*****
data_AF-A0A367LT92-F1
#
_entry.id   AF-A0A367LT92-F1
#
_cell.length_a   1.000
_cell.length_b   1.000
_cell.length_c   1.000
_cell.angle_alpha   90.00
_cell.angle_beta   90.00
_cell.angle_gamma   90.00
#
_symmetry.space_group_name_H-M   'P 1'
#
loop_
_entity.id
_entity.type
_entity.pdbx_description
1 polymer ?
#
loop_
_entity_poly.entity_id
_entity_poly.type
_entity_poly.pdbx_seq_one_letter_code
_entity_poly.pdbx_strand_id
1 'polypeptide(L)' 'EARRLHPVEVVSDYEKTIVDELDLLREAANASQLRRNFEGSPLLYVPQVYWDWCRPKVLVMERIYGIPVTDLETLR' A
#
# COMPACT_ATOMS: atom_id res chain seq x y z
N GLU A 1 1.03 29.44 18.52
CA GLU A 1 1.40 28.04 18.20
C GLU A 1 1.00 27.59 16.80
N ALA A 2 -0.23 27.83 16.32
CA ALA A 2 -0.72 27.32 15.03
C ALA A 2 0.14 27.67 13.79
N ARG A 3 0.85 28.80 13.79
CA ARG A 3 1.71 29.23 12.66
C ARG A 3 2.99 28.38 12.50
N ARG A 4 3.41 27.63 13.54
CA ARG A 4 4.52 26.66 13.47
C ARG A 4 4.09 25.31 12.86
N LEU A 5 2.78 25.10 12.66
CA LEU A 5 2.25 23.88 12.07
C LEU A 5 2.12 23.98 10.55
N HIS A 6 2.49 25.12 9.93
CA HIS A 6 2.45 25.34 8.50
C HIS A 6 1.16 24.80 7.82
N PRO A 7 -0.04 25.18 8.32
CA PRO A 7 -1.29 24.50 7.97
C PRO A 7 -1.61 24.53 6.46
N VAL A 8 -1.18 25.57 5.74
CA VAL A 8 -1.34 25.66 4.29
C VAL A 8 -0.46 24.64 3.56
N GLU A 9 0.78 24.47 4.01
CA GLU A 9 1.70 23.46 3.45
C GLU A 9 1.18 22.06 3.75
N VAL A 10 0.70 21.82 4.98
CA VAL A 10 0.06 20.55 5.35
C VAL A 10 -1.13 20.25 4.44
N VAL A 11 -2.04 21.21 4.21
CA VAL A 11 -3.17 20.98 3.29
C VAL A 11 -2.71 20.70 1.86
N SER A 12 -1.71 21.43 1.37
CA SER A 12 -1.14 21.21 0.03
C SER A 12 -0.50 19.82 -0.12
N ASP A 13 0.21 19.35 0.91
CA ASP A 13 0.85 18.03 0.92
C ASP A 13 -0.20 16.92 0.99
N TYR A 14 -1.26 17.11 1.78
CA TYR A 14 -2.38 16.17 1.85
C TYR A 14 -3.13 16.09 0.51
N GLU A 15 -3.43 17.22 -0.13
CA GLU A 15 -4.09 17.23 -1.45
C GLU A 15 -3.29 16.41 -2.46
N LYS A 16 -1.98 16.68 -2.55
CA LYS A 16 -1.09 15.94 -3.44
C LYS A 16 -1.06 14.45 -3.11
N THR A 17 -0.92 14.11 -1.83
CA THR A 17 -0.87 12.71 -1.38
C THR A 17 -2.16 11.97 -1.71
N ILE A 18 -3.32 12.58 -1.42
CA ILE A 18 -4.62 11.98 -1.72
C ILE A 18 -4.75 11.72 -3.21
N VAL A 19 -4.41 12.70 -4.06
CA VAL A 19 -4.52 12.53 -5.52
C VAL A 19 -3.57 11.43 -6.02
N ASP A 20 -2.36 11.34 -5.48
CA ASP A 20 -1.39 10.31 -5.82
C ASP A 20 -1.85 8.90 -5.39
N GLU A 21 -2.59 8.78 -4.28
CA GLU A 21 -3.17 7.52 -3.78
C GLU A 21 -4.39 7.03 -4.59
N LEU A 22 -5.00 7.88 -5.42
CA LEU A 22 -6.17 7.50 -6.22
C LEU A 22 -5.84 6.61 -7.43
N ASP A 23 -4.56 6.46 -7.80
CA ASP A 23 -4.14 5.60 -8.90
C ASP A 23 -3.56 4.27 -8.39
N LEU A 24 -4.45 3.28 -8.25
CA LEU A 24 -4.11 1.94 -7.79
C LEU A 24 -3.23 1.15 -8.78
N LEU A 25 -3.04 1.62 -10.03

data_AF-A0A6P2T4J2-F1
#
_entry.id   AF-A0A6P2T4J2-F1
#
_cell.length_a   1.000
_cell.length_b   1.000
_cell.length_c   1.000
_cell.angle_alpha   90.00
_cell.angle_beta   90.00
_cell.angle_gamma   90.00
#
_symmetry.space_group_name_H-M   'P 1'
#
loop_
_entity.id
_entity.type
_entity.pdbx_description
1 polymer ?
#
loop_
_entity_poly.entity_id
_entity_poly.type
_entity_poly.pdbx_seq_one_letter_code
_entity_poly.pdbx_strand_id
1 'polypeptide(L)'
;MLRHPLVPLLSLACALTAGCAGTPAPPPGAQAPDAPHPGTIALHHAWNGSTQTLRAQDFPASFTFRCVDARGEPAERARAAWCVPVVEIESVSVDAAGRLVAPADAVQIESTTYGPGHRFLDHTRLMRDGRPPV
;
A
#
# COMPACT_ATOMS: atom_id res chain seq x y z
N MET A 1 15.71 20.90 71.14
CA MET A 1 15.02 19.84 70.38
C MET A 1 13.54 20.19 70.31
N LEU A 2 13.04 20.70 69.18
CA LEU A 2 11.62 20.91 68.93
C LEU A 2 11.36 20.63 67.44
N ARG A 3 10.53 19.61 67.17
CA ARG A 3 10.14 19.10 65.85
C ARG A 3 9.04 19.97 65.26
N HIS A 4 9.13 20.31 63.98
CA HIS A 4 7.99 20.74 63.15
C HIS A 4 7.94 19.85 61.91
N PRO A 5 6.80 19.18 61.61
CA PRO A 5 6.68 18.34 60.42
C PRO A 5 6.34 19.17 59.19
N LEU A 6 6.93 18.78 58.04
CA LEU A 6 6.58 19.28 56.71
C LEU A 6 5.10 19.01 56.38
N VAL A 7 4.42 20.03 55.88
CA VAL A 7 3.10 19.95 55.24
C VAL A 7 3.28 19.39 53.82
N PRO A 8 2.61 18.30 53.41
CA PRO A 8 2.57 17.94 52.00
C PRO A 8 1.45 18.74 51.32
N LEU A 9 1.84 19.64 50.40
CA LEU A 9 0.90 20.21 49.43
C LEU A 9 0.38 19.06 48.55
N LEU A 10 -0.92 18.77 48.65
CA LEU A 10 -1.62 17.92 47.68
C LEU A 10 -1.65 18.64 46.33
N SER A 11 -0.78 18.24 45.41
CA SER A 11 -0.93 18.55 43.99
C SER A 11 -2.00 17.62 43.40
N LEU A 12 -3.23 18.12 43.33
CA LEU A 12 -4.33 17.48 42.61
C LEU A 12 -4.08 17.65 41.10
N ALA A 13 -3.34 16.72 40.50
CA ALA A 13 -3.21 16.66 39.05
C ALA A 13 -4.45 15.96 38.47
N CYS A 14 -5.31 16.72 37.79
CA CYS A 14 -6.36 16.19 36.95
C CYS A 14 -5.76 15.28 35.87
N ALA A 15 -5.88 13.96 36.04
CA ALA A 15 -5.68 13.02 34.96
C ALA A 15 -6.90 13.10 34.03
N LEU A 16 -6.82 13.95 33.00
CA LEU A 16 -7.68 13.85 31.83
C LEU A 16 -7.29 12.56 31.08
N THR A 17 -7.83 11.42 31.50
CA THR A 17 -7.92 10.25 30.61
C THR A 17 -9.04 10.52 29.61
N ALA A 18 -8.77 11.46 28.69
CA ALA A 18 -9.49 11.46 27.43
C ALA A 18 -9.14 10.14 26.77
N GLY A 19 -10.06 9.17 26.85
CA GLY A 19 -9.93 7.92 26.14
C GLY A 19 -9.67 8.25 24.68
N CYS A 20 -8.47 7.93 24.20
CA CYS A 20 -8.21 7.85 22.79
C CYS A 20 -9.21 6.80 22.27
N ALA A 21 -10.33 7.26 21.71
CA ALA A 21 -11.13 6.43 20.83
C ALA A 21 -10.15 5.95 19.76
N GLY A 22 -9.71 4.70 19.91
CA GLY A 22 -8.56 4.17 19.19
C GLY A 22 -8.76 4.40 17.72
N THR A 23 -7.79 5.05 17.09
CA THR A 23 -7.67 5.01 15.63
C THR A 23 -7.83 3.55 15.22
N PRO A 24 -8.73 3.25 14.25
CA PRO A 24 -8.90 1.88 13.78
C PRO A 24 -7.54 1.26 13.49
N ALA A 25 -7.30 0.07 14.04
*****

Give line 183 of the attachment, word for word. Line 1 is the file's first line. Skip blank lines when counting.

CA ALA A 18 -9.49 11.46 27.43